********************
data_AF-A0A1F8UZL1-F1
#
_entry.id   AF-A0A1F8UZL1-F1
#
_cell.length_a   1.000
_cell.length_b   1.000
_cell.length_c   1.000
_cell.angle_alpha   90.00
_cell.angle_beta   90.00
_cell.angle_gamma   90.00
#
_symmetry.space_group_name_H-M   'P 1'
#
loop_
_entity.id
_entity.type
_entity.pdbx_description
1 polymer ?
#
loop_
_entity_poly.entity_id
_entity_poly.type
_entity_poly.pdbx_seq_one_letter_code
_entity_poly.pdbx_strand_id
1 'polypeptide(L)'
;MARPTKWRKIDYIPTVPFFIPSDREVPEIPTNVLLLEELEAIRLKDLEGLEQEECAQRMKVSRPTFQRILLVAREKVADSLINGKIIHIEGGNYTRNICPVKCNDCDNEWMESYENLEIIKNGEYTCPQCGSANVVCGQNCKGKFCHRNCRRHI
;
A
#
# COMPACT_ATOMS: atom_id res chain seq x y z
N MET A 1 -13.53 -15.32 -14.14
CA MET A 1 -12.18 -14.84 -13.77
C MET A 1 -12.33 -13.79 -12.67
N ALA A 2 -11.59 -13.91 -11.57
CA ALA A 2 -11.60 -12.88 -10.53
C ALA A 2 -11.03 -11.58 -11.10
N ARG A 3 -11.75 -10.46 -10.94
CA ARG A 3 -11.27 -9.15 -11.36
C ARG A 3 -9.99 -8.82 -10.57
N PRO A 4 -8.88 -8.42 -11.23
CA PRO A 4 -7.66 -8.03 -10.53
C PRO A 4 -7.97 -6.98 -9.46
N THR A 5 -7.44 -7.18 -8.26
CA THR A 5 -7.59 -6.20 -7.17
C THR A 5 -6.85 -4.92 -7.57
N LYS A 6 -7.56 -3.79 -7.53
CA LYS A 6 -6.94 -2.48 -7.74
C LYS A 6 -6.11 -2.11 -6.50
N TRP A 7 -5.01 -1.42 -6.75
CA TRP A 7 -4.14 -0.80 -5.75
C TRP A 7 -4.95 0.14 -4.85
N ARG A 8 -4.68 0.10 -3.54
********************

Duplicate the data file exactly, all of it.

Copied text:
data_AF-A0A1F8UZL1-F1
#
_entry.id   AF-A0A1F8UZL1-F1
#
_cell.length_a   1.000
_cell.length_b   1.000
_cell.length_c   1.000
_cell.angle_alpha   90.00
_cell.angle_beta   90.00
_cell.angle_gamma   90.00
#
_symmetry.space_group_name_H-M   'P 1'
#
loop_
_entity.id
_entity.type
_entity.pdbx_description
1 polymer ?
#
loop_
_entity_poly.entity_id
_entity_poly.type
_entity_poly.pdbx_seq_one_letter_code
_entity_poly.pdbx_strand_id
1 'polypeptide(L)'
;MARPTKWRKIDYIPTVPFFIPSDREVPEIPTNVLLLEELEAIRLKDLEGLEQEECAQRMKVSRPTFQRILLVAREKVADSLINGKIIHIEGGNYTRNICPVKCNDCDNEWMESYENLEIIKNGEYTCPQCGSANVVCGQNCKGKFCHRNCRRHI
;
A
#
# COMPACT_ATOMS: atom_id res chain seq x y z
N MET A 1 -13.53 -15.32 -14.14
CA MET A 1 -12.18 -14.84 -13.77
C MET A 1 -12.33 -13.79 -12.67
N ALA A 2 -11.59 -13.91 -11.57
CA ALA A 2 -11.60 -12.88 -10.53
C ALA A 2 -11.03 -11.58 -11.10
N ARG A 3 -11.75 -10.46 -10.94
CA ARG A 3 -11.27 -9.15 -11.36
C ARG A 3 -9.99 -8.82 -10.57
N PRO A 4 -8.88 -8.42 -11.23
CA PRO A 4 -7.66 -8.03 -10.53
C PRO A 4 -7.97 -6.98 -9.46
N THR A 5 -7.44 -7.18 -8.26
CA THR A 5 -7.59 -6.20 -7.17
C THR A 5 -6.85 -4.92 -7.57
N LYS A 6 -7.56 -3.79 -7.53
CA LYS A 6 -6.94 -2.48 -7.74
C LYS A 6 -6.11 -2.11 -6.50
N TRP A 7 -5.01 -1.42 -6.75
CA TRP A 7 -4.14 -0.80 -5.75
C TRP A 7 -4.95 0.14 -4.85
N ARG A 8 -4.68 0.10 -3.54